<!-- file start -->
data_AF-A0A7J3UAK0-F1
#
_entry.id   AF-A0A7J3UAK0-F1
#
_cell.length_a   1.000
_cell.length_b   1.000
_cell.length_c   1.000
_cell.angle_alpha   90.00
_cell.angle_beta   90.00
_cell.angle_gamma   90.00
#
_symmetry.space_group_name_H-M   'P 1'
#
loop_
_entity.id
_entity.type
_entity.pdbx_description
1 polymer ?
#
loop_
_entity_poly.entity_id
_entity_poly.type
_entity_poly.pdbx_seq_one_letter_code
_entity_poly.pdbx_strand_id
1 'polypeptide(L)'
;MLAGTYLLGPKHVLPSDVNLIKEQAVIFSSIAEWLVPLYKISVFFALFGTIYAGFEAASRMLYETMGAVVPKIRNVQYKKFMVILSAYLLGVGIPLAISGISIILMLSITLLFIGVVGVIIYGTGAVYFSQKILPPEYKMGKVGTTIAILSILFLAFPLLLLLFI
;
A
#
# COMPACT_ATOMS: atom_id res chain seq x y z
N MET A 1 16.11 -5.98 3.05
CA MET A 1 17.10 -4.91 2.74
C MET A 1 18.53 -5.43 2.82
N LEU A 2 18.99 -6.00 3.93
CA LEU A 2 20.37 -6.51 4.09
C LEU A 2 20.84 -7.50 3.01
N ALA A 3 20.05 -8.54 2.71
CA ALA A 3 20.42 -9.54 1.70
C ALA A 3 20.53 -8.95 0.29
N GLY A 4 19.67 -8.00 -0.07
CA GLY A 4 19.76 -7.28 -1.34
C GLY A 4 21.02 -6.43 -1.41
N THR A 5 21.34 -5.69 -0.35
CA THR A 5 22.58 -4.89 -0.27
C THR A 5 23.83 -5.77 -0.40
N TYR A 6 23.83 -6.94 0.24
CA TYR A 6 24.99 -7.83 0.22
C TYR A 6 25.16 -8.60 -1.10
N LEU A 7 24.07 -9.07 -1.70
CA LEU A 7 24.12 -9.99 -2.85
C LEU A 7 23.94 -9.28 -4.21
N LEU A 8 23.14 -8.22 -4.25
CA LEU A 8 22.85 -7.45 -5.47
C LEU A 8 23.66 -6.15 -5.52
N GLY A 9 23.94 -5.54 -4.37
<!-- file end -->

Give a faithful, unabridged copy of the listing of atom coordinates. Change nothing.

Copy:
data_AF-A0A7J3UAK0-F1
#
_entry.id   AF-A0A7J3UAK0-F1
#
_cell.length_a   1.000
_cell.length_b   1.000
_cell.length_c   1.000
_cell.angle_alpha   90.00
_cell.angle_beta   90.00
_cell.angle_gamma   90.00
#
_symmetry.space_group_name_H-M   'P 1'
#
loop_
_entity.id
_entity.type
_entity.pdbx_description
1 polymer ?
#
loop_
_entity_poly.entity_id
_entity_poly.type
_entity_poly.pdbx_seq_one_letter_code
_entity_poly.pdbx_strand_id
1 'polypeptide(L)'
;MLAGTYLLGPKHVLPSDVNLIKEQAVIFSSIAEWLVPLYKISVFFALFGTIYAGFEAASRMLYETMGAVVPKIRNVQYKKFMVILSAYLLGVGIPLAISGISIILMLSITLLFIGVVGVIIYGTGAVYFSQKILPPEYKMGKVGTTIAILSILFLAFPLLLLLFI
;
A
#
# COMPACT_ATOMS: atom_id res chain seq x y z
N MET A 1 16.11 -5.98 3.05
CA MET A 1 17.10 -4.91 2.74
C MET A 1 18.53 -5.43 2.82
N LEU A 2 18.99 -6.00 3.93
CA LEU A 2 20.37 -6.51 4.09
C LEU A 2 20.84 -7.50 3.01
N ALA A 3 20.05 -8.54 2.71
CA ALA A 3 20.42 -9.54 1.70
C ALA A 3 20.53 -8.95 0.29
N GLY A 4 19.67 -8.00 -0.07
CA GLY A 4 19.76 -7.28 -1.34
C GLY A 4 21.02 -6.43 -1.41
N THR A 5 21.34 -5.69 -0.35
CA THR A 5 22.58 -4.89 -0.27
C THR A 5 23.83 -5.77 -0.40
N TYR A 6 23.83 -6.94 0.24
CA TYR A 6 24.99 -7.83 0.22
C TYR A 6 25.16 -8.60 -1.10
N LEU A 7 24.07 -9.07 -1.70
CA LEU A 7 24.12 -9.99 -2.85
C LEU A 7 23.94 -9.28 -4.21
N LEU A 8 23.14 -8.22 -4.25
CA LEU A 8 22.85 -7.45 -5.47
C LEU A 8 23.66 -6.15 -5.52
N GLY A 9 23.94 -5.54 -4.37